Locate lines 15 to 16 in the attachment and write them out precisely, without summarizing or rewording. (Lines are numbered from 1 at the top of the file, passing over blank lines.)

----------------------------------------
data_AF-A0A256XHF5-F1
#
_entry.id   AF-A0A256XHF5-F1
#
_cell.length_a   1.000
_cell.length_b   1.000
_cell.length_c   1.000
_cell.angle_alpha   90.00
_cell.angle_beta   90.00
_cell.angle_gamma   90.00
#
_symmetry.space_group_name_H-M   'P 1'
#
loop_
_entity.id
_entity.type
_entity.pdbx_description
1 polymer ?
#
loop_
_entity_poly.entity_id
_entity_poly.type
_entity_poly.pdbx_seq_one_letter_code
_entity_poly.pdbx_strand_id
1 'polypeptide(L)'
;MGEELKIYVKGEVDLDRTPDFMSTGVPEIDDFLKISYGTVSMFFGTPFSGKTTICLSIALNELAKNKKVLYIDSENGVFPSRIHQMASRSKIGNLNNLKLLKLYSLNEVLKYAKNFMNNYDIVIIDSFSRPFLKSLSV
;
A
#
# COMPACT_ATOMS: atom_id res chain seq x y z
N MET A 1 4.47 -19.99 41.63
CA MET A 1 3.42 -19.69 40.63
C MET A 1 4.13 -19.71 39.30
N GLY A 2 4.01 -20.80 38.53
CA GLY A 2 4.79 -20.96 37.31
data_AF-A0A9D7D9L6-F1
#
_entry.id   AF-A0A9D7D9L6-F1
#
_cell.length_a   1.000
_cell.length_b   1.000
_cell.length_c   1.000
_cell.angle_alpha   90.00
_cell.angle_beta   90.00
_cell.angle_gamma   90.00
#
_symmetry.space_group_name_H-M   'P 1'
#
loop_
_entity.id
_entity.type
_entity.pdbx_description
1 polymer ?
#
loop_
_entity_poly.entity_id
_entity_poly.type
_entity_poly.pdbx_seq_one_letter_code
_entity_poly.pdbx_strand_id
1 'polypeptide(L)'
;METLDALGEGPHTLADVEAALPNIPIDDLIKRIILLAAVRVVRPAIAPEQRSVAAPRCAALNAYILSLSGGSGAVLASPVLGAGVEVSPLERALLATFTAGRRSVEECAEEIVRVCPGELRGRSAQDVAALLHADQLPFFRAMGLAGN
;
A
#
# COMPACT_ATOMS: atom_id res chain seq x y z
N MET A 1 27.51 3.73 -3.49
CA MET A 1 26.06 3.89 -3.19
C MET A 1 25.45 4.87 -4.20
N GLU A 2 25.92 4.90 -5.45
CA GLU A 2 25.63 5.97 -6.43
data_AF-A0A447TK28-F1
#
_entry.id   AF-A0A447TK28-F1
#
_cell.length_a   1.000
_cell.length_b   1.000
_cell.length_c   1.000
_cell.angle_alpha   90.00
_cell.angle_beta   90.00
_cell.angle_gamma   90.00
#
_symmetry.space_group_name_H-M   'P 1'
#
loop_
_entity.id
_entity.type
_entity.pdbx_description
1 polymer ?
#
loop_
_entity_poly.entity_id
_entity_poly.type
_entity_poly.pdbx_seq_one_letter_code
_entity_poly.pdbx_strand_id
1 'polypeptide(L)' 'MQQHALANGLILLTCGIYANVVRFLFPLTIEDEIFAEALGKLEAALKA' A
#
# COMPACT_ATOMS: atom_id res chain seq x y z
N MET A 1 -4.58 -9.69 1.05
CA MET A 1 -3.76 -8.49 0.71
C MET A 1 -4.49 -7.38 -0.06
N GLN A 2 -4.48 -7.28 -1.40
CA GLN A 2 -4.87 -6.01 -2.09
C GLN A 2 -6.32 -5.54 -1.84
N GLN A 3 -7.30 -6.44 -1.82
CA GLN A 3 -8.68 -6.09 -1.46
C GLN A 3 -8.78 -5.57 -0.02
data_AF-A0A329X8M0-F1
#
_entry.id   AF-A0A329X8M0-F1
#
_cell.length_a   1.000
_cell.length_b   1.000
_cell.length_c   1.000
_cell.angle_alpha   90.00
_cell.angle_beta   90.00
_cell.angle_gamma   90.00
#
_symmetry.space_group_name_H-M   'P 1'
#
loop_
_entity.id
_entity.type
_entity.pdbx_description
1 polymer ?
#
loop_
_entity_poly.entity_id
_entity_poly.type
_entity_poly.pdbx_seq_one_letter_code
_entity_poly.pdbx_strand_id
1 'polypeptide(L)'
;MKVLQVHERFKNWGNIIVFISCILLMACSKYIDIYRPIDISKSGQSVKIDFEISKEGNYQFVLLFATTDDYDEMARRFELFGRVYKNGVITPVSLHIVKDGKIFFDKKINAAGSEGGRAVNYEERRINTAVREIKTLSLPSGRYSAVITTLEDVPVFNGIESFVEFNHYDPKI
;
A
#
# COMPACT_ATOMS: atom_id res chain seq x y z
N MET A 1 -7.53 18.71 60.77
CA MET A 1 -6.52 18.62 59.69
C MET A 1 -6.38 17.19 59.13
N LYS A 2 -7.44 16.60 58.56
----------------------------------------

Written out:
_entity.id
_entity.type